You may be able to reduce or eliminate some expenses when you retire including your mortgage, commuting costs, and office attire. But you are also likely to encounter new costs in retirement that you may be unprepared for. Here are five expenses that may appear suddenly or significantly increase from their current levels in retirement.
Medical expenses. Health care is likely to be one of your largest and most unpredictable retirement expenses. It’s difficult to determine exactly what conditions you might acquire and how much care or medication you will require to treat them. Start by estimating your annual Medicare premiums and likely out-of-pocket costs including deductibles, copays, and coinsurance. Purchasing a supplemental insurance policy that fills in some of the gaps in traditional Medicare coverage can help make retirement health care costs more predictable.
Home maintenance and repairs. Like you, your home will continue to age throughout your retirement. Try to take care of foreseeable major repairs before you retire to avoid sudden unexpected costs. You will continue to need an emergency fund in retirement in case your roof leaks or washing machine breaks down. You may also need to hire additional help with household chores if you become unable or unwilling to clean, shovel snow, maintain your yard, or other physically demanding tasks.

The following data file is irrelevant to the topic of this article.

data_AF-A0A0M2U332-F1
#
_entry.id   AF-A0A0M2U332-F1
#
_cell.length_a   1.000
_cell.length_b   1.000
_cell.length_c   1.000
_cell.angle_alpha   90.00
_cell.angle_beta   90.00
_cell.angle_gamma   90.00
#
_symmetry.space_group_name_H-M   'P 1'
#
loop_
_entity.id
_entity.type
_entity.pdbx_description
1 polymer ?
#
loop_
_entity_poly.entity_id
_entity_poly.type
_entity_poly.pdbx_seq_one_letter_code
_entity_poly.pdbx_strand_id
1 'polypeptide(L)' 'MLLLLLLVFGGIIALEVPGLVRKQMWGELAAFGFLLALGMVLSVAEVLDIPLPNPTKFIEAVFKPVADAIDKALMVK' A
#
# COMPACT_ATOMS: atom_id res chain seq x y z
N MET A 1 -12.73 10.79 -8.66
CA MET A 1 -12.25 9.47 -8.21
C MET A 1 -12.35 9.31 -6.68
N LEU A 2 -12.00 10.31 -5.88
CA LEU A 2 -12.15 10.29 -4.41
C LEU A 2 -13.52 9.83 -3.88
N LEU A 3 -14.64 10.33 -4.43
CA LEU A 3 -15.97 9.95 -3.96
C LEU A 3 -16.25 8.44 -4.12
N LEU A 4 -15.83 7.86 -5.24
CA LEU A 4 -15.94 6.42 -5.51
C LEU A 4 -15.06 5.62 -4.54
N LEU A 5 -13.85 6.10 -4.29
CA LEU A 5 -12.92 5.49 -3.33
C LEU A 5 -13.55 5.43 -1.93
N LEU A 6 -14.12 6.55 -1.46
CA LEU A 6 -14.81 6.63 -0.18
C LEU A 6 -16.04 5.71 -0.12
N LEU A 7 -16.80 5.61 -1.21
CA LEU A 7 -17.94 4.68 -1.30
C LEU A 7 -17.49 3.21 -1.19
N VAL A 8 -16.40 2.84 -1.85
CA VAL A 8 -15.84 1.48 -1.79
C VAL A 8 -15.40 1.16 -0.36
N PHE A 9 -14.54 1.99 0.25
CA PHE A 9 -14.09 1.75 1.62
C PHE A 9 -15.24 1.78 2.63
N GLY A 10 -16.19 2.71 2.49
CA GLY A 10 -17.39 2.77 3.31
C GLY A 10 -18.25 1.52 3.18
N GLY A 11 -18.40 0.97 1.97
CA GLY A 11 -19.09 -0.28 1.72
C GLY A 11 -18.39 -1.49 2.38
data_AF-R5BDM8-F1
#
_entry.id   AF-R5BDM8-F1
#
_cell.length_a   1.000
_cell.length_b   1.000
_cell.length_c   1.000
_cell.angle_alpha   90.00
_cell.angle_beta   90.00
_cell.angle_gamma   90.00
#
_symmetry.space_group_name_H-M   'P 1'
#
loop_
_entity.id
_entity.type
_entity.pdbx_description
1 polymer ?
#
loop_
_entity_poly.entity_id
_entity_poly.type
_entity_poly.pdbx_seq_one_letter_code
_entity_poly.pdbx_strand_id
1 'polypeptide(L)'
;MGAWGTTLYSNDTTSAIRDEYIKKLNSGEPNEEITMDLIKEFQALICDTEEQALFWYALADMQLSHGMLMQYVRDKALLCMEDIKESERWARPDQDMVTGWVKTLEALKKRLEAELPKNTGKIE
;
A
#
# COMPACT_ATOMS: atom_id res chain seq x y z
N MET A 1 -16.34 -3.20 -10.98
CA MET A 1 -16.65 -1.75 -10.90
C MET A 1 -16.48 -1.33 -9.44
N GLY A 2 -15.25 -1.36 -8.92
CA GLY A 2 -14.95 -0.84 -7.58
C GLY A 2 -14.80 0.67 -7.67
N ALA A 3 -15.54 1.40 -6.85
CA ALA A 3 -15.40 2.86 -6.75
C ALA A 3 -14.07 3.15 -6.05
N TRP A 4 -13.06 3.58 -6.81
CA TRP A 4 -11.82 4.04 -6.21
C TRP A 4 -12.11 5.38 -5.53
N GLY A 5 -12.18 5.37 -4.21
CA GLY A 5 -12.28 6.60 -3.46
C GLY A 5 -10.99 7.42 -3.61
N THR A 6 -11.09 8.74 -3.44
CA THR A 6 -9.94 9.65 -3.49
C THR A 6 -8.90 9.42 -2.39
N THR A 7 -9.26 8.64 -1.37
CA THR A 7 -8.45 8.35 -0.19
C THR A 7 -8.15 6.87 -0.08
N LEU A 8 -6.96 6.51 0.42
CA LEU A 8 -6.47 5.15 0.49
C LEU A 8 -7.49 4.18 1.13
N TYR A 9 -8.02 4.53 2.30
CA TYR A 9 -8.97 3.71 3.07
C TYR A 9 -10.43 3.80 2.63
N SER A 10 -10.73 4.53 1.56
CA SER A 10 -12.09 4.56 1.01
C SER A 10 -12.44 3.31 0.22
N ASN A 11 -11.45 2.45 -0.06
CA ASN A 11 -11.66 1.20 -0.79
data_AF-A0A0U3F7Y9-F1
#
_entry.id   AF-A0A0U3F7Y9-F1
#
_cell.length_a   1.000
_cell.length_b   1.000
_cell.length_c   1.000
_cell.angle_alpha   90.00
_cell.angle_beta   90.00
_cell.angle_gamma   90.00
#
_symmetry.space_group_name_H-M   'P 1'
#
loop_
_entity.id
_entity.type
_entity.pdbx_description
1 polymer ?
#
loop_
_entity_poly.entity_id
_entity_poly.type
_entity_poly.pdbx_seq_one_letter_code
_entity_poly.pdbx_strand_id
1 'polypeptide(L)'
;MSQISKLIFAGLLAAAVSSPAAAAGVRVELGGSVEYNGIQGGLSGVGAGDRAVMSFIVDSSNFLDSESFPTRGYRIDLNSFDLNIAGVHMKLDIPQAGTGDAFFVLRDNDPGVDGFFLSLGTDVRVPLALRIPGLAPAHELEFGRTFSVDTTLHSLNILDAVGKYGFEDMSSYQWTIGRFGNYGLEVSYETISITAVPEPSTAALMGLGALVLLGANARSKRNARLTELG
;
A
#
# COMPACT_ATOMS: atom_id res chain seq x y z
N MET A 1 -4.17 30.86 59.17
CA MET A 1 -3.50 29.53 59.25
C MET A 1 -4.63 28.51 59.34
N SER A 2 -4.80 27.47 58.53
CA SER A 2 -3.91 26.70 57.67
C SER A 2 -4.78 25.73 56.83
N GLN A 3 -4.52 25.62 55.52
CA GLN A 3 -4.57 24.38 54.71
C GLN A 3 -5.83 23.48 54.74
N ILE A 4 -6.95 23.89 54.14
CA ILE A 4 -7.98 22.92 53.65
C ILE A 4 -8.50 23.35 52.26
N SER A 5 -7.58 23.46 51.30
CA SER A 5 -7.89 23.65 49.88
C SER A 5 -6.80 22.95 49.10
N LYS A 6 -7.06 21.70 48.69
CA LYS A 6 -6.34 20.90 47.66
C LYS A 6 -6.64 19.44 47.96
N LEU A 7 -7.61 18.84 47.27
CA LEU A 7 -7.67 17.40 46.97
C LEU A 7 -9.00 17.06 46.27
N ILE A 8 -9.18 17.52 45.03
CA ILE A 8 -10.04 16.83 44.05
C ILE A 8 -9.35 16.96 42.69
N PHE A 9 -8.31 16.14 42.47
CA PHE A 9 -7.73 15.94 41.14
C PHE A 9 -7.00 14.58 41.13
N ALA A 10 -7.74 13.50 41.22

Your children and grandchildren. Your adult children might want to move back in with you after college or a job loss. And when grandchildren appear on the scene, you might want to pay for visits to see them more often or gifts for birthdays, graduations, and holidays.
Taxes. Many workers with 401(k) plans have been delaying paying income tax on a portion of their earnings for decades. In retirement, the tax bill will become due each time you make a withdrawal. And distributions from traditional 401(k)s and IRAs become required after age 70½. To lower your retirement tax bill, consider pre-paying the income tax on some of your retirement savings using a Roth 401(k) or Roth IRA.
Entertainment. You will have eight or more extra hours to fill each day in retirement. You may encounter new costs associated with an expensive hobby, such as joining a golf club. Or you may find yourself having more lunches out than you did while working in order to socialize and get out of the house. Many recent retirees also have a pent-up demand for travel. Make sure you factor travel and entertainment expenses into your retirement budget.